Janelle Monáe: Futurist R&B Singer and Activist (2024)

Jump to:

  • Who Is Janelle Monáe?
  • Quick Facts
  • Early Life
  • Career Breakthrough
  • Musical Success with "Metropolis"
  • "The ArchAndroid"
  • "The Electric Lady" and Acting Career
  • "Dirty Computer"
  • Speaking Out and Coming Out
  • Additional Projects
  • Quotes
1985-present

Who Is Janelle Monáe?

Grammy-nominated singer Janelle Monáe began performing as a child and got her big break in 2005 when she was invited by Big Boi to perform on several OutKast tracks. She was later signed by producer Sean “Diddy” Combs to his Bad Boy Records label. In 2010, her debut full-length album, The ArchAndroid, rose to No. 17 on the Billboard 200 album chart. Her subsequent albums—The Electric Lady (2013), which featured Prince, and Dirty Computer (2018), which received a Grammy nomination for Album of the Year—were even big commercial hits. Monáe has also branched into acting, appearing in films like Hidden Figures, Harriet, and Glass Onion: A Knives Out Mystery. Monáe has been praised for her artistic style and expressions, her social activism, and her outspoken support for the LGBTQ community.

Quick Facts

FULL NAME: Janelle Monáe Robinson
BORN: December 1, 1985
BIRTHPLACE: Kansas City, Kansas
ASTROLOGICAL SIGN: Sagittarius

Early Life

Janelle Monáe Robinson was born on December 1, 1985, in Kansas City, Kansas. Her mother was a janitor and her father was a garbage truck driver who struggled with drug addiction throughout Monáe’s childhood. “I come from a very hard working-class family who make nothing into something,” she told The Guardian. Monáe’s hardscrabble background and early understanding of the perils of drug addiction inspired her intense drive to succeed. She pays homage to her parents with a signature black-and-white tuxedo she wears for every performance. “I call it my uniform,” she explained. “My mother was a janitor, and my father collected trash, so I wear a uniform too.”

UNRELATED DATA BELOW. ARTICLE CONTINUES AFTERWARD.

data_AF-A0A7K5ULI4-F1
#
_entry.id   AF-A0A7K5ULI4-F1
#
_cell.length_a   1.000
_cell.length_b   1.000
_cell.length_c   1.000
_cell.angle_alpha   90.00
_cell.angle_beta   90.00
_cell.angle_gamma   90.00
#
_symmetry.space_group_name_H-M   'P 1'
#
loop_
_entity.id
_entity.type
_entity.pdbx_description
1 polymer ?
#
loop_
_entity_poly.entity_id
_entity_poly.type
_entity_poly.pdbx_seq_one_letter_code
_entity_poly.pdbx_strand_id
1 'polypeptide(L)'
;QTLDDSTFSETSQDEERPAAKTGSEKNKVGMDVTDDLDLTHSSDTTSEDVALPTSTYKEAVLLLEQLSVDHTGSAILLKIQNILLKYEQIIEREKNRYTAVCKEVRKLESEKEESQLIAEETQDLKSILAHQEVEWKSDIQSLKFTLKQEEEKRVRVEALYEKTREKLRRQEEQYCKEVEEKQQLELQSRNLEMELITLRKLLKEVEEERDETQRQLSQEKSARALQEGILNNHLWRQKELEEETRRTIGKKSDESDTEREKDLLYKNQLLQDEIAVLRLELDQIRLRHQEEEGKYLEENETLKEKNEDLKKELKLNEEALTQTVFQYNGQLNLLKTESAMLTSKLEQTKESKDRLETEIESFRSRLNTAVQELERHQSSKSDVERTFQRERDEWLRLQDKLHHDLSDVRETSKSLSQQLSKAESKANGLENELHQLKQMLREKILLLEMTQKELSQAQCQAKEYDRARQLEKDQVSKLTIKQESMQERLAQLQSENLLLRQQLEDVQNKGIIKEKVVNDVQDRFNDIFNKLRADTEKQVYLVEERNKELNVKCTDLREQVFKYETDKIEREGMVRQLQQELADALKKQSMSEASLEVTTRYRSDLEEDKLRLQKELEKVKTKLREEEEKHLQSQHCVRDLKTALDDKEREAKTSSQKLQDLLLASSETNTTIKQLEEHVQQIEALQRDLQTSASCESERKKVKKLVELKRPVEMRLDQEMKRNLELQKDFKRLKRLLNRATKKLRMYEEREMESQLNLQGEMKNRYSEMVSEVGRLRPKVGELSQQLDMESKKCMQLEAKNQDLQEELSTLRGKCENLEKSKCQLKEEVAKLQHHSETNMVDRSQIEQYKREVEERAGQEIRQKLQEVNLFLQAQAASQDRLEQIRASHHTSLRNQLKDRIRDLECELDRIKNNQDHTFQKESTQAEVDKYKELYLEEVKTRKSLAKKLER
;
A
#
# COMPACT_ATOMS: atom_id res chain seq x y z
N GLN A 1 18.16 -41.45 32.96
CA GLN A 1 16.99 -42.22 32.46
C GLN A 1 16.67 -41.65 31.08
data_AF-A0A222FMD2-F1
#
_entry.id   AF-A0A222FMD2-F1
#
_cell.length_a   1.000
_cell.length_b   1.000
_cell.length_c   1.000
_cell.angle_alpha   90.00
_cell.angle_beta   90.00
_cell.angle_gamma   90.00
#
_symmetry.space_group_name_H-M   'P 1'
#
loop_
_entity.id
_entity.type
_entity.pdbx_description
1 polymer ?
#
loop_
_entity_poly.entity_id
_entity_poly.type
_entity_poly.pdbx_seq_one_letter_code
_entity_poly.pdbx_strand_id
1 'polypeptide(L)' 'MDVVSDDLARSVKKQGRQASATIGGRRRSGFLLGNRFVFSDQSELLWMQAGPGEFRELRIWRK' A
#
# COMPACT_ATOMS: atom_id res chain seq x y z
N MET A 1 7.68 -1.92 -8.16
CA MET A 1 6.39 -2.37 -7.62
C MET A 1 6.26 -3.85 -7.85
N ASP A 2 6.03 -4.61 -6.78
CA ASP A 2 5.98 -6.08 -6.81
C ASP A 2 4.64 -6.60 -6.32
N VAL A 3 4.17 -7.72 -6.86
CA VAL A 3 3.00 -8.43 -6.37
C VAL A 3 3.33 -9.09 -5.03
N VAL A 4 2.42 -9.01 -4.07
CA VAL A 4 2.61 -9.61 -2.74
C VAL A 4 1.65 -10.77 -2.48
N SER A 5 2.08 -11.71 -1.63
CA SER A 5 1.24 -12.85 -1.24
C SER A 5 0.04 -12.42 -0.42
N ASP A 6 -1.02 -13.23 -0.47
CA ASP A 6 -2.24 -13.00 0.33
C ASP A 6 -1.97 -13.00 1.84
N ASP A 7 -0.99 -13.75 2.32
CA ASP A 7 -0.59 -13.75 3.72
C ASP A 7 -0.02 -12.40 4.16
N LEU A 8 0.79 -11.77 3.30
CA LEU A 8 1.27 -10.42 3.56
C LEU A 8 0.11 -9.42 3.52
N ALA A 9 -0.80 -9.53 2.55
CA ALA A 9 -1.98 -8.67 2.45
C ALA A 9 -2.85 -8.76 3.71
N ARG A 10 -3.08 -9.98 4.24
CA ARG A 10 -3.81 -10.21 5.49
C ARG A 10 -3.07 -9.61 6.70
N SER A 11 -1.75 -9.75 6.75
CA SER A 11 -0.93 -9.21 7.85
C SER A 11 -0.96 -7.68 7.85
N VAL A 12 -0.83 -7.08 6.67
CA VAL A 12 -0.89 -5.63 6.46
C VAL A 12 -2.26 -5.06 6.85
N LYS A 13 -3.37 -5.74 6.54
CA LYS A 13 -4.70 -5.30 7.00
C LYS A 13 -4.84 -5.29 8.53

Monae dreamed of becoming a singer and actor since her childhood, citing Dorothy Gale in The Wizard of Oz as one of her earliest influences. From a very young age, Monáe distinguished herself as a highly artistic and intelligent child. She stood out as a singer at the local Baptist church and appeared in local productions of musicals such as The Wiz and Cinderella. In addition to singing and performing, Monáe was also a precocious young writer. She joined Kansas City’s Coterie Theater Young Playwrights’ Round Table and wrote several full-length plays and musicals. One script, completed when she was only 12 years old, told the story of a boy and girl who compete for the love of a plant—an idea inspired by Stevie Wonder’s 1979 album Journey Through the Secret Life of Plants. “I was infatuated with photosynthesis,” she offered by way of explanation.